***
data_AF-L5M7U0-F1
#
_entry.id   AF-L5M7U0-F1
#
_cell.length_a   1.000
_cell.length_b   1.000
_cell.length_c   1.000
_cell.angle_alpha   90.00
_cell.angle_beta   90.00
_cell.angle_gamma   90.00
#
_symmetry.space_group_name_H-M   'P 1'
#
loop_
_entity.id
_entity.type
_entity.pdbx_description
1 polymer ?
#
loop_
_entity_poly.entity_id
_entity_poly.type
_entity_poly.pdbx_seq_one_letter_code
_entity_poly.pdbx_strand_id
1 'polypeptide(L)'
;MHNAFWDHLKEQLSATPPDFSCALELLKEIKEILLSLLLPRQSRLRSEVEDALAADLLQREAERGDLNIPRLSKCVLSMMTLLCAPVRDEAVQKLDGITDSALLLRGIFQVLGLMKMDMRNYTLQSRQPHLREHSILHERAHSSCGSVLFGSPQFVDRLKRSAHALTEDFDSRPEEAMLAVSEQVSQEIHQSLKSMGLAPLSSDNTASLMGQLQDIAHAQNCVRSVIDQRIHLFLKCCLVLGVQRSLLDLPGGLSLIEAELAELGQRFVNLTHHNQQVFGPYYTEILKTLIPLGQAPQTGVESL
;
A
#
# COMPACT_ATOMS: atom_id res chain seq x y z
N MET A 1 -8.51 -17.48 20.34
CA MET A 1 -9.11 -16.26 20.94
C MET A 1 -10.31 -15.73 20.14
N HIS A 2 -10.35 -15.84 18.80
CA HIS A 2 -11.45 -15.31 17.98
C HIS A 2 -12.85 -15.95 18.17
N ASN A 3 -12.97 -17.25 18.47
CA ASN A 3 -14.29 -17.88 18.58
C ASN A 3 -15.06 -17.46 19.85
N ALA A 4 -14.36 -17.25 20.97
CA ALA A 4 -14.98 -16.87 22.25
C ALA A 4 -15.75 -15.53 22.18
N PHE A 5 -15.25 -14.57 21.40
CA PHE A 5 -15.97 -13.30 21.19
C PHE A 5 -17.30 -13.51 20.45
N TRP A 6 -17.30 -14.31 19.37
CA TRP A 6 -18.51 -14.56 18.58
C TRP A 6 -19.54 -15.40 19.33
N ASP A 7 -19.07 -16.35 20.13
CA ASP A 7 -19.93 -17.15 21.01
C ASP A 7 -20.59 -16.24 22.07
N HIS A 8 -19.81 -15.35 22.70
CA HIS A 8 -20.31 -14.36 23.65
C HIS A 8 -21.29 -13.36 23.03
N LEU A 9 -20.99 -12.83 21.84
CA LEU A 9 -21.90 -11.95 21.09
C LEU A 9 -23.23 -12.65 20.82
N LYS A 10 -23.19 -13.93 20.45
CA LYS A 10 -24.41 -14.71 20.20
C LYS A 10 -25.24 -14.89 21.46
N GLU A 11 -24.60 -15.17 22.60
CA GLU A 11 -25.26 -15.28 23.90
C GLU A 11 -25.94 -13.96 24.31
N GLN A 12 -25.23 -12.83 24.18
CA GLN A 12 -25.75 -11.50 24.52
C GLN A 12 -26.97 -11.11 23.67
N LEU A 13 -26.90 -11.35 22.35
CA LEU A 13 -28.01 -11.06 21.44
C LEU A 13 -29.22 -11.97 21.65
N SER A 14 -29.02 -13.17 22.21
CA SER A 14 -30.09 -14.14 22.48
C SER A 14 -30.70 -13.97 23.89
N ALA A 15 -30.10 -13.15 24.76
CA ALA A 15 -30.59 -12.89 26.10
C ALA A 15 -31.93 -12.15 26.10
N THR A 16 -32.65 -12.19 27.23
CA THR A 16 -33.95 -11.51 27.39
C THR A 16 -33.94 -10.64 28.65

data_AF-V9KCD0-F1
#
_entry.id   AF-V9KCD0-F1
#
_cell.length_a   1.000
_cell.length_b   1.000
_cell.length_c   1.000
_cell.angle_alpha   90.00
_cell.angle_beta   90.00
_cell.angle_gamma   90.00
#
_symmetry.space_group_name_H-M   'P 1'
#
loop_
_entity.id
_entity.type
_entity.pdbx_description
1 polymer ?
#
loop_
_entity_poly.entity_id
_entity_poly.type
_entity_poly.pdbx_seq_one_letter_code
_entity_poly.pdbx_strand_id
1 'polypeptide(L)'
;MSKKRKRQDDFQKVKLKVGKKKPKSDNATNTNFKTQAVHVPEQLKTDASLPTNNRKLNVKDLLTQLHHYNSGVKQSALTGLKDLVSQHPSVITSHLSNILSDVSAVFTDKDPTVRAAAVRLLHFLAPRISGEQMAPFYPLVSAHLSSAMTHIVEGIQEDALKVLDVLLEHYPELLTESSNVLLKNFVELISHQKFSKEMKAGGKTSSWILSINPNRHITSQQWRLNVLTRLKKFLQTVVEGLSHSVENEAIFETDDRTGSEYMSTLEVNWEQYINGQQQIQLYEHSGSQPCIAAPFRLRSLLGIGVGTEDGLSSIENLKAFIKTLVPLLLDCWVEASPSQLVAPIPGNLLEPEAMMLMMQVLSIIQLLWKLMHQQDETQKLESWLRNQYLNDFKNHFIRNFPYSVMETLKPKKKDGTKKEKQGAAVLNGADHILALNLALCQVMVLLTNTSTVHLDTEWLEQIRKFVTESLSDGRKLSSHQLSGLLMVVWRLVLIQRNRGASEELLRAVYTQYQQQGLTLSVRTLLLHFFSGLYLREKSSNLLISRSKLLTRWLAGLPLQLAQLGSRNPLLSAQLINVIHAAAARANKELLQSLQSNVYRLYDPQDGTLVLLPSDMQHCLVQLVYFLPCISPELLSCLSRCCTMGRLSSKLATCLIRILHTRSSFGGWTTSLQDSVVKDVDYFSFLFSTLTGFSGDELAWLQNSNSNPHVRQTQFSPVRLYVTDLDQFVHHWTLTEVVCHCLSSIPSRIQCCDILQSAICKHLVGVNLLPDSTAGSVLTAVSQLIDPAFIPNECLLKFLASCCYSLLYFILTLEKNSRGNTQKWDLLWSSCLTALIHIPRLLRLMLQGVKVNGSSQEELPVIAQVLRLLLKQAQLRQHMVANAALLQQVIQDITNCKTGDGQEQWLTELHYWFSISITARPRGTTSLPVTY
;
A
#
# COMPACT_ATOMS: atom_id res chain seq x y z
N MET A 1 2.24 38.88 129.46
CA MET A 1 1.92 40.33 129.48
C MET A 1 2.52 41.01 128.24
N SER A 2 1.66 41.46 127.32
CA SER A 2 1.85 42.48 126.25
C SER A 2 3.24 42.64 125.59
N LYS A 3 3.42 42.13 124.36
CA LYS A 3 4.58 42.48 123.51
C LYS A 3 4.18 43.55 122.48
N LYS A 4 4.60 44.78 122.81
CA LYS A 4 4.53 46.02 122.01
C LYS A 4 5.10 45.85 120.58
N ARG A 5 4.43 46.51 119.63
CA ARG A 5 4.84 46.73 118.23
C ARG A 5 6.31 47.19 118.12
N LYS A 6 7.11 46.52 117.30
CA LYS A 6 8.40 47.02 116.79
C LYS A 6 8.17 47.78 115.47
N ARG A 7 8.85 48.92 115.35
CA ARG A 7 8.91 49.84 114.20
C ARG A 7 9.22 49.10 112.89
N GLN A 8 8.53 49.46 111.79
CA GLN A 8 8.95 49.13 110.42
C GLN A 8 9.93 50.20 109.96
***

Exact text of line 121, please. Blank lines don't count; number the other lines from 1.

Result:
N ARG A 5 4.43 46.51 119.63